Fruits and nuts and leaves of all kinds… Did you know that black bears eat more than just meat? That’s right, these ‘carnivores’ are actually omnivores like us and have similar teeth.
In fact, the smallest North American bear has a very opportunistic diet. What they eat depends on what’s easily available and that changes with the seasons: tree buds, plants (including pollen and flowers), roots, berries, seeds, nuts, bugs of all kinds, and occasionally, even fish or meat! A black bear has 42 teeth that work perfectly for such a varied diet.
Black bear incisors are occasionally used for slicing through meat, but their most common use is for ‘mowing’ the forest floor. Juicy grass, sweet clover, delicious dandelions, and tender young shoots all fall ‘prey’ to a black bear’s incisors.
Tender young vegetation is easily digested, nutritious, and high in protein. That makes it ideal for recovering from the effects of their long winter nap. Young plants and shoots make up to 90% of their diet in spring and early summer when berries and nuts aren’t available yet.
These teeth come in handy for slashing ground squirrels or other small animals. That is, when they’re not busy ripping into logs in search of grubs and ants. Yum!
Most of the meat they eat is from the carcasses of winter-killed animals and other carrion, the occasional lucky killing of a fawn or other young animal, and insects. Less than 10% of their diet consists of meat and most of that ‘meat’ has at least six legs!
They relish forest tent caterpillars and springtails, but they direct most of their predatory attention toward colonies of social insects like bees, wasps, and ants. Those canines are very handy for tearing apart logs to reach the yummy larvae and pupae hidden deep within.
They’ll even use those canines to rip apart bee hives in search of larvae – served with a side of honey, of course!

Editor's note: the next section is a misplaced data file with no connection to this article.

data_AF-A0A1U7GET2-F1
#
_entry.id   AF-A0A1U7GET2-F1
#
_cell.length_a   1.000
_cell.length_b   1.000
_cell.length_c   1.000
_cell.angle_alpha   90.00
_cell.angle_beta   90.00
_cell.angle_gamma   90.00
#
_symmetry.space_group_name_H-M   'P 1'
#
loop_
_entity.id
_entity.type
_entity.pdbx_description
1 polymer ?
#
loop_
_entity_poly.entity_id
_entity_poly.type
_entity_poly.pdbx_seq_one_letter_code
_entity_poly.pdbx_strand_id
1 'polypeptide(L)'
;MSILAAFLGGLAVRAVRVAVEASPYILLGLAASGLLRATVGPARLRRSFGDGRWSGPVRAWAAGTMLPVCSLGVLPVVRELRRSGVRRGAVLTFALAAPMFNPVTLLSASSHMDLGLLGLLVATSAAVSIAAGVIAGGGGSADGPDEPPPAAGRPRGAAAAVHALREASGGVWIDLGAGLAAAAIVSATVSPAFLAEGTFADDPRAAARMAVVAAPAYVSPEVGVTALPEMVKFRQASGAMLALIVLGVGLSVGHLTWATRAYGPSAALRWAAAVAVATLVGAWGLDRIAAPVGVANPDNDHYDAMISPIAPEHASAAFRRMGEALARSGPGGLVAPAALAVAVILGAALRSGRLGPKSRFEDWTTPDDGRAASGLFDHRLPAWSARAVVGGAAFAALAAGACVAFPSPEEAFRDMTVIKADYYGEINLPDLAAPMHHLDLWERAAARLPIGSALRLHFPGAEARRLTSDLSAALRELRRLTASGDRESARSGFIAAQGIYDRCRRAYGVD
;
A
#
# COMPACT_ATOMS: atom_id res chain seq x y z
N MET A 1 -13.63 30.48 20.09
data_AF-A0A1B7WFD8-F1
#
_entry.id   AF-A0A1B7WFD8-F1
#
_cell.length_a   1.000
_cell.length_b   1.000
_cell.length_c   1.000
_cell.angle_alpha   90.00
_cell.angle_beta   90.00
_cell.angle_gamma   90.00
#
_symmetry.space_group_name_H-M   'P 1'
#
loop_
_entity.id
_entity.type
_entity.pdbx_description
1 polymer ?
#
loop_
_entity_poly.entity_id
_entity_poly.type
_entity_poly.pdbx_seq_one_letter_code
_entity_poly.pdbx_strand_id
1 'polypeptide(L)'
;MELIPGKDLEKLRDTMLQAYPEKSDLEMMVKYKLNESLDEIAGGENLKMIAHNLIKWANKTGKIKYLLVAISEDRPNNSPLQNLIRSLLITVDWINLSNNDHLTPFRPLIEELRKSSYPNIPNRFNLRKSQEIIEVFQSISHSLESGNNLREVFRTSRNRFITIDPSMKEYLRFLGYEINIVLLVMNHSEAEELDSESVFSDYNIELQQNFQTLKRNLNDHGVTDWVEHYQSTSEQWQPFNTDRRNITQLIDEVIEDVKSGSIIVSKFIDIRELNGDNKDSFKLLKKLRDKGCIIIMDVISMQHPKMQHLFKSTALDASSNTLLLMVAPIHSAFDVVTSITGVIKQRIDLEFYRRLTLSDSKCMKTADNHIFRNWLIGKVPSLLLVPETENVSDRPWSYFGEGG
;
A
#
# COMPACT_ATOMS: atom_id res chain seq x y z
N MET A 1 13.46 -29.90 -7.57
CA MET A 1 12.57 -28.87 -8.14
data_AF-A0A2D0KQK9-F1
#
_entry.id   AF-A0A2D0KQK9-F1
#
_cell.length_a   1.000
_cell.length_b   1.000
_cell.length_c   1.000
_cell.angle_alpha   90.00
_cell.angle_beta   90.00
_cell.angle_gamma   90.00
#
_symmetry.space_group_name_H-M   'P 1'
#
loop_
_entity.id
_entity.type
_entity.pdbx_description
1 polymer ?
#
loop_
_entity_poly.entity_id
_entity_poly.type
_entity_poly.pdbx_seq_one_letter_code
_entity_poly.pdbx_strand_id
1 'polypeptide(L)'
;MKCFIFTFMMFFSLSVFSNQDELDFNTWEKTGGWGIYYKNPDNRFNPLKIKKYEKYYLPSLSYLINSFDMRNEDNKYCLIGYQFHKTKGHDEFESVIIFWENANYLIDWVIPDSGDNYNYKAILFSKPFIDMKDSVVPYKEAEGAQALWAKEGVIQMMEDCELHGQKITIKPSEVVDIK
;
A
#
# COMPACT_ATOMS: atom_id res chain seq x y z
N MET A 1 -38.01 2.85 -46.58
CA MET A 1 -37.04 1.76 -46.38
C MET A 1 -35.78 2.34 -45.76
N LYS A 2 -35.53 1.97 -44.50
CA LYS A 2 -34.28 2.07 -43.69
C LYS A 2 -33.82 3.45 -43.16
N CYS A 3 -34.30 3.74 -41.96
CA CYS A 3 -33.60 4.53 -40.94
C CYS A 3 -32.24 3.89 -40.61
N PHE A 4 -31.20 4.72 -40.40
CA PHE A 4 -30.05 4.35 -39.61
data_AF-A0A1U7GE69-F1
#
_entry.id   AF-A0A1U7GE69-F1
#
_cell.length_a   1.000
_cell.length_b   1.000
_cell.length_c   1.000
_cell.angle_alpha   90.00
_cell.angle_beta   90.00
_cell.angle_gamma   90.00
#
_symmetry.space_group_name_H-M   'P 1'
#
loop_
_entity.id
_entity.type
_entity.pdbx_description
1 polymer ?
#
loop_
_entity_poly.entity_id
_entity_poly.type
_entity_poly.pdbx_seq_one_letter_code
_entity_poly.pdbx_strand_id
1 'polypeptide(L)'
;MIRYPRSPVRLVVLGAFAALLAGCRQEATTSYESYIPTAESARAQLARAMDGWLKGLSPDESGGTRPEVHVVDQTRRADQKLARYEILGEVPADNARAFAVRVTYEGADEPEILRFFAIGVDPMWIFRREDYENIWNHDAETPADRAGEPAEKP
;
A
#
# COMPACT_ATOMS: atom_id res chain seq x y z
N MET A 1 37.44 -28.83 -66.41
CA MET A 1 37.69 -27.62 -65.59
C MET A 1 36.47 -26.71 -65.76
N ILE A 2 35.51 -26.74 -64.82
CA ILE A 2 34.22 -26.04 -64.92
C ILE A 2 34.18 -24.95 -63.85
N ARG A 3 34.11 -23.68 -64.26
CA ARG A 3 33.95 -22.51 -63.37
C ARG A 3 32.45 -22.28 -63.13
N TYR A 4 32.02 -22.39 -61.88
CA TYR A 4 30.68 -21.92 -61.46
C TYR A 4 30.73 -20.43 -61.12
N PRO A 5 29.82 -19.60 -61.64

Unlike the two premolars most human adults have between each of our canines and molars, bears have four. However, their bottom jaw is usually missing the second and third premolars to leave a gap, or diastema.
That kind of gap is common in herbivores. It’s handy for grabbing a twig or stem and letting it slide through the gap sideways while stripping off all the leaves. Bears use it similarly, including stripping new buds off the twigs at the top of poplar trees!
They have two molars on top and three on the bottom of each side. Unlike the razor-sharp molars of cougars and wolves, a black bear’s molars are more like ours. Just like we use our broad, flat molars for grinding up a raw carrot, bears use theirs for grinding acorns, nuts, and all that vegetation they eat.
They give those molars a real workout in the fall when the acorns, hickory, and other nuts ripen. Acorns are a rich source of the carbohydrates, fats, and protein they need to sustain them through the winter to come.
Bears chomp on acorns greedily – after all, every acorn counts towards surviving a cold winter! They need to consume at least 20,000 calories a day – that’s 18 pounds of acorns.
Fortunately, you don’t need to consume quite that many calories each day. You’ll still want to keep your teeth in good condition, though. That’s where we can help!
Our small-town hospitality will make you feel like part of our Farmington Dental and Orthodontics family while Dr. Trogdon and his wife Dr. Stroope will give you the healthy, straight, and beautiful teeth any Arkansas bear would envy!